What does a persistent cough mean?

One in four adults can have a persistent cough long after having a viral infection or common cold.

Is it something to worry about, especially if you are over 50 years of age?

Normally, it takes seven to 10 days for a cold to totally disappear. However, there is a reason why a persistent cough may continue for longer – up to eight weeks.

“It can take the body time to clear out inflammation that occurs from an upper respiratory infection,” says Dr Russell Buhr, MD, PhD, a UCLA Health pulmonary and critical care physician. “But being proactive and knowing what to expect can put your mind at ease.”


Coughs that persist after a common cold or other upper respiratory infection are called post-infectious or post-viral coughs. They can linger for three to eight weeks after a viral infection.

The cause of a persistent cough are:

  • Mucus drains into your throat, and,
  • Inflammation, or swollen airways, related to the initial respiratory infection.
“When you’re lying flat at night, mucus runs down the back of your throat and into your lungs,” he says. “It can cause chest congestion that needs to be coughed up. When mucus travels down your throat, it can also cause irritation and inflammation, making you cough,” says Dr Buhr.


Most coughs following an upper respiratory infection are caused by the infection itself. But in some cases, the persistent cough may be a symptom of pre-existing asthma (made worse on by the recent virus) or a secondary infection that took hold while your immune system was distracted.

When to seek medical care for a post-viral nagging cough

Dr. Buhr calls them “red flag symptoms”:

  • Coughing up blood, or any change in the colour, thickness or texture of the fluid or droplets your cough produces;
  • Increased frequency or strength of your cough, and
  • Ongoing systemic symptoms, such as fever, body aches, chills, changes in appetite or difficulty swallowing.

“The first thing I ask adults when they present with a persistent cough is if they remember being sick right before the cough started,” he said. “And probably 60% to 70% of the time, that cold or infection is the cause of the cough. But we want to ensure we’re not missing an alternative diagnosis.”

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A special thanks to our contributors

Caroline Egan

DCM Media, agedcare101

Caroline has a wealth of experience writing within the retirement and aged care sector and is a contributing journalist for the Villages.com.au and agedcare101 blog and accompanying newsletters.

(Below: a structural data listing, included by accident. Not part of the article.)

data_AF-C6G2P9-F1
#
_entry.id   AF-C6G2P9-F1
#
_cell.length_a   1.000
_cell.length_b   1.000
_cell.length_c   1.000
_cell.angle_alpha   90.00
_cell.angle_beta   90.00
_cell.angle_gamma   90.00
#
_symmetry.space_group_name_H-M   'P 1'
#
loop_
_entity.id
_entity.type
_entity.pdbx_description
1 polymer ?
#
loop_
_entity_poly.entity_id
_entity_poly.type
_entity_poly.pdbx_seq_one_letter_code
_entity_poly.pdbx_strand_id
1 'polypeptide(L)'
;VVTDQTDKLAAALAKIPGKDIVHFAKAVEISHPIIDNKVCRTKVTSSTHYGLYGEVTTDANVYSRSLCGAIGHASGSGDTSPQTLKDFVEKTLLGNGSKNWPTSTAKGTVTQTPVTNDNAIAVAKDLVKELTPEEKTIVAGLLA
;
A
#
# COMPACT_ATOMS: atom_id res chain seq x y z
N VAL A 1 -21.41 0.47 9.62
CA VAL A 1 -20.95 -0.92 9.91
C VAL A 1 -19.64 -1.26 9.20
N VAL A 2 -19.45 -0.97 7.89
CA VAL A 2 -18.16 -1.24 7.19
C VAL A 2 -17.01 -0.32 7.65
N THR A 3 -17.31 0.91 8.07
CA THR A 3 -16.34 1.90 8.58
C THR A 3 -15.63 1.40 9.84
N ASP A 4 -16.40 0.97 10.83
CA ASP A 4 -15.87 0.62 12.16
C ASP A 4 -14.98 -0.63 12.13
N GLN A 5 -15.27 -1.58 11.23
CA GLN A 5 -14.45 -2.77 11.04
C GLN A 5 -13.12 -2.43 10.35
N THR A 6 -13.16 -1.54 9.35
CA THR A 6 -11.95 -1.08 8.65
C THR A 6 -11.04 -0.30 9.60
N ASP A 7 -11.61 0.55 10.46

Ian Horswill


Ian is a journalist, writer and sub-editor for the aged care sector, working at The DCM Group. He writes for The Weekly Source, agedcare101, villages.com.au and the DCM Institute fortnightly newsletter Friday. Ian is in daily contact with CEOs of retirement living, land lease and the aged care operations and makes a new contact every week. He investigates media releases, LinkedIn and Facebook for a good source for ideas for stories.

Lauren Broomham

Retirement and Aged Care Journalist

Lauren is a journalist for villages.com.au, agedcare101 and The Donaldson Sisters. Growing up in a big family in small town communities, she has always had a love for the written word, joining her local library at the age of six months. With over eight years' experience in writing and editing, she is a keen follower of news and current affairs with a nose for a good story.

Jill Donaldson


Jill has been practicing as a clinical physiotherapist for 30 years. For the last 13 years she has worked solely in the Aged Care sector in more than 50 metropolitan and regional facilities. Jill has also toured care facilities in the US and Africa and is a passionate advocate for both the residents in aged care and the staff who care for them. She researches and writes for DCM Media.

Chris Baynes

DCM Media, agedcare101

Chris has been a journalist and publisher in the retirement village and aged care sectors for 11 years. He has visited over 250 retirement villages and 50 aged care facilities both within Australia and internationally. Chris is a regular speaker at industry conferences plus is a frequent radio commentator.

Annie Donaldson

Nurse and Carer

Annie has a long career in both nursing and the media. She has planned and co-ordinated the medical support from both international TV productions and major stadium events. In recent years she has been a primary family carer plus involved in structured carer support.